What you don’t learn in design school
When you graduate university you would assume that you would know everything there is to know about the essential software you’ll be using when working in the design industry, right? Yeah, that’s what I thought too. Now then, I’m not saying I left university clueless about the software but within the first 2 months working at Fifteen, I have gained more of an understanding of the software, than I did in the three years I was at university.
Having said that, I’m not talking about the ABCs of the software, considering it’s fair to say we all know how to use the pen tool, right?
I remember at the beginning of university when we would have a weekly two-hour slot in which we would all try and squeeze into a tiny mac room to at least try and familiarise ourselves with the basics of photoshop and illustrator. However, in my third year of university, this wasn’t the case. We were expected to know everything about the software at this stage and ‘just get on with it’.
Nevertheless, you’re probably thinking why I didn’t put in more time and effort to learn the software in my own time? Well, the reality is, I did. I would watch tutorial after tutorial to gain an understanding of the software. Granted, this taught me the essential skills I needed to navigate through the software, but it didn’t teach me the most important skills when it came to looking out for the errors in my artwork, especially when it came to typography.
To begin, we all know what Kerning, Leading, Tracking, Widows, Orphans, Rags and Rivers are right? Well, if you are a typography guru, you might be more familiar with these terms. But, for others who aren’t, let’s break it down.
What is Kerning?
Kerning is the spacing between characters.
Now then, this might sound like something everyone should know (which they should without a doubt) but in university, they do not teach you this. Well, at my university they didn’t. For example, when you are designing a brochure and it has a huge amount of text, depending on the typeface you use, at times the copy can start to look a bit pressed together and this can become challenging for the user to read. Additionally, If you want to learn more about Kerning, this website type.method.ac lets you practice kerning and it even scores you on your ability to kern!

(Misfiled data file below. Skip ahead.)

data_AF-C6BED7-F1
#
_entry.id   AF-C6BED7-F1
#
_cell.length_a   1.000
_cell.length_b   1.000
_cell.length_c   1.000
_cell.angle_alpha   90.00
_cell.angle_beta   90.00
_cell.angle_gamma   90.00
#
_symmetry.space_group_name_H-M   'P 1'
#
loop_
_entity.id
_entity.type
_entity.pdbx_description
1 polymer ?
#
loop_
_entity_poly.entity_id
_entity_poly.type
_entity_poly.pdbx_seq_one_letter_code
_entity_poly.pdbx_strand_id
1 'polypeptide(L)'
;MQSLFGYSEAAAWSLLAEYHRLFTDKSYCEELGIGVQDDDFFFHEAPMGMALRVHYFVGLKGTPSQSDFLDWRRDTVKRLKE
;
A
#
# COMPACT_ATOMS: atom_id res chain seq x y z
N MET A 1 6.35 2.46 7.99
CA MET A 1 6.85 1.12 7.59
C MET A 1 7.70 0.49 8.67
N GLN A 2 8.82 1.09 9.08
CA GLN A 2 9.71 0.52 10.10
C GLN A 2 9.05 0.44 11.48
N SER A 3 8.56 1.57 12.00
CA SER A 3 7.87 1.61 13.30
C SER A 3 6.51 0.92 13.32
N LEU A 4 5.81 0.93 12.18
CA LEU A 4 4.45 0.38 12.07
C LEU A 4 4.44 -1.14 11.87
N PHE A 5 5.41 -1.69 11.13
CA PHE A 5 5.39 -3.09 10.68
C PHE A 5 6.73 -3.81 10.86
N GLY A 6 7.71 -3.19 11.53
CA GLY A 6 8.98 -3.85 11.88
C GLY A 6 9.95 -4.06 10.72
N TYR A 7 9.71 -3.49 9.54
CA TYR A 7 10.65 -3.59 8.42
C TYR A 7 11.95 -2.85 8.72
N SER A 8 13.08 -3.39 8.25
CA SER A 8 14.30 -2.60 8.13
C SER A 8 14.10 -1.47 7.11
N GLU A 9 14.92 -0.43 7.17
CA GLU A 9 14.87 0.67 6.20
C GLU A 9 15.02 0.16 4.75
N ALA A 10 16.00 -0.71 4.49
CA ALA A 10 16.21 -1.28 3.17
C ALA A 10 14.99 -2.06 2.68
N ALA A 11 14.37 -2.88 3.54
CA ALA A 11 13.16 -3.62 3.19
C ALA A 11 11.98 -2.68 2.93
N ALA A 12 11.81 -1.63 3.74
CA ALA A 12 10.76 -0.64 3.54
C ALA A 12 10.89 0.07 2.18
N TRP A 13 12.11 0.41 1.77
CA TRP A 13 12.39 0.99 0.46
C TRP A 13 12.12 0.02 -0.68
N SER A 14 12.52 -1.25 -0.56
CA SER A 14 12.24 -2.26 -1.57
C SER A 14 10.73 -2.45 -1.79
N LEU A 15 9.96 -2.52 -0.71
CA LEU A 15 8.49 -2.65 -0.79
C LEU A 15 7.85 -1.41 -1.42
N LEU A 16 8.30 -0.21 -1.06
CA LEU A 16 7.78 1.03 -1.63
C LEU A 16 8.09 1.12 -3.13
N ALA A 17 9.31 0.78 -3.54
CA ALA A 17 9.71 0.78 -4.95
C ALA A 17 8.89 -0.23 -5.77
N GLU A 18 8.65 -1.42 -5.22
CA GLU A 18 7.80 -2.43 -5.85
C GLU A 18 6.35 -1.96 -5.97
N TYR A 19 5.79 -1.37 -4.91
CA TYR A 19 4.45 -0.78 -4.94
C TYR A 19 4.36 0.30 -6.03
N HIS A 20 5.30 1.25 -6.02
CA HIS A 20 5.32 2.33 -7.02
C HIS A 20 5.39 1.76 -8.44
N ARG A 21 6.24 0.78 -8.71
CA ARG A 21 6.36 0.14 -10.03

What is Tracking?
Tracking is the spacing between groups of letters
Similar to kerning, but instead of looking at the spacing between each individual letter here we look at the spacing between each word. The same rules apply for this method as they do for kerning but, again it all depends on what typeface you are using. Nevertheless, this is something you should take note of if you are ever working with typography.
What is Leading?
Leading is the spacing between each line of text.
This method is one of the most important rules when it comes to typography. For example, when you have a large amount of body text, the lines in a paragraph can start to merge together. Manually reducing or increasing the leading will almost always improve the design to make everything work well together.